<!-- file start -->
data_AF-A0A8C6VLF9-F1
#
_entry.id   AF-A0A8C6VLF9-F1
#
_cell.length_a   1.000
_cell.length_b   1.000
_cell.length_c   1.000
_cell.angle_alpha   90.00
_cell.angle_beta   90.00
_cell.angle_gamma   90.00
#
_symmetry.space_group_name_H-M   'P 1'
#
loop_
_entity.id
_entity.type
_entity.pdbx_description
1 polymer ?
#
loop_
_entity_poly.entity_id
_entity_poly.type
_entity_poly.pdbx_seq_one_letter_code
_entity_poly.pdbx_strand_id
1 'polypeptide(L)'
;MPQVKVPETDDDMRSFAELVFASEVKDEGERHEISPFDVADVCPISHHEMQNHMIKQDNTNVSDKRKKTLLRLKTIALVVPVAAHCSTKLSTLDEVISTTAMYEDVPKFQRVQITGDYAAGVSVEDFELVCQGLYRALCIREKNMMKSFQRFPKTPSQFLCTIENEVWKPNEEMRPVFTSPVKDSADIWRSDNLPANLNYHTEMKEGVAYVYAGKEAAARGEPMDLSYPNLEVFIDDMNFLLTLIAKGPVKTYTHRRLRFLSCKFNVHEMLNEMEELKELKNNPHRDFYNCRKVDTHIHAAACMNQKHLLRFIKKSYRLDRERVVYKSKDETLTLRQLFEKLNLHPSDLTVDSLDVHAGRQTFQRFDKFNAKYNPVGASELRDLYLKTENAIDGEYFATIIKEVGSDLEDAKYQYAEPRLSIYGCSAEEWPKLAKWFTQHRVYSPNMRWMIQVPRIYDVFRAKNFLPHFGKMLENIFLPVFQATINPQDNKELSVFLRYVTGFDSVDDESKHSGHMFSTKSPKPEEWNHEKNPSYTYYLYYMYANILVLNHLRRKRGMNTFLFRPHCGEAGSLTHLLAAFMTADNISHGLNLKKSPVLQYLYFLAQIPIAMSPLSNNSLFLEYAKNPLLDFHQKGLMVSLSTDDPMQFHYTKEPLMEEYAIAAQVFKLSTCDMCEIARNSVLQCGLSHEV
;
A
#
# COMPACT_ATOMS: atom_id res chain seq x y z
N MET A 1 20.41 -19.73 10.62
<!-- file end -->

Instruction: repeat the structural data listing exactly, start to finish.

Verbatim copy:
data_AF-A0A8C6VLF9-F1
#
_entry.id   AF-A0A8C6VLF9-F1
#
_cell.length_a   1.000
_cell.length_b   1.000
_cell.length_c   1.000
_cell.angle_alpha   90.00
_cell.angle_beta   90.00
_cell.angle_gamma   90.00
#
_symmetry.space_group_name_H-M   'P 1'
#
loop_
_entity.id
_entity.type
_entity.pdbx_description
1 polymer ?
#
loop_
_entity_poly.entity_id
_entity_poly.type
_entity_poly.pdbx_seq_one_letter_code
_entity_poly.pdbx_strand_id
1 'polypeptide(L)'
;MPQVKVPETDDDMRSFAELVFASEVKDEGERHEISPFDVADVCPISHHEMQNHMIKQDNTNVSDKRKKTLLRLKTIALVVPVAAHCSTKLSTLDEVISTTAMYEDVPKFQRVQITGDYAAGVSVEDFELVCQGLYRALCIREKNMMKSFQRFPKTPSQFLCTIENEVWKPNEEMRPVFTSPVKDSADIWRSDNLPANLNYHTEMKEGVAYVYAGKEAAARGEPMDLSYPNLEVFIDDMNFLLTLIAKGPVKTYTHRRLRFLSCKFNVHEMLNEMEELKELKNNPHRDFYNCRKVDTHIHAAACMNQKHLLRFIKKSYRLDRERVVYKSKDETLTLRQLFEKLNLHPSDLTVDSLDVHAGRQTFQRFDKFNAKYNPVGASELRDLYLKTENAIDGEYFATIIKEVGSDLEDAKYQYAEPRLSIYGCSAEEWPKLAKWFTQHRVYSPNMRWMIQVPRIYDVFRAKNFLPHFGKMLENIFLPVFQATINPQDNKELSVFLRYVTGFDSVDDESKHSGHMFSTKSPKPEEWNHEKNPSYTYYLYYMYANILVLNHLRRKRGMNTFLFRPHCGEAGSLTHLLAAFMTADNISHGLNLKKSPVLQYLYFLAQIPIAMSPLSNNSLFLEYAKNPLLDFHQKGLMVSLSTDDPMQFHYTKEPLMEEYAIAAQVFKLSTCDMCEIARNSVLQCGLSHEV
;
A
#
# COMPACT_ATOMS: atom_id res chain seq x y z
N MET A 1 20.41 -19.73 10.62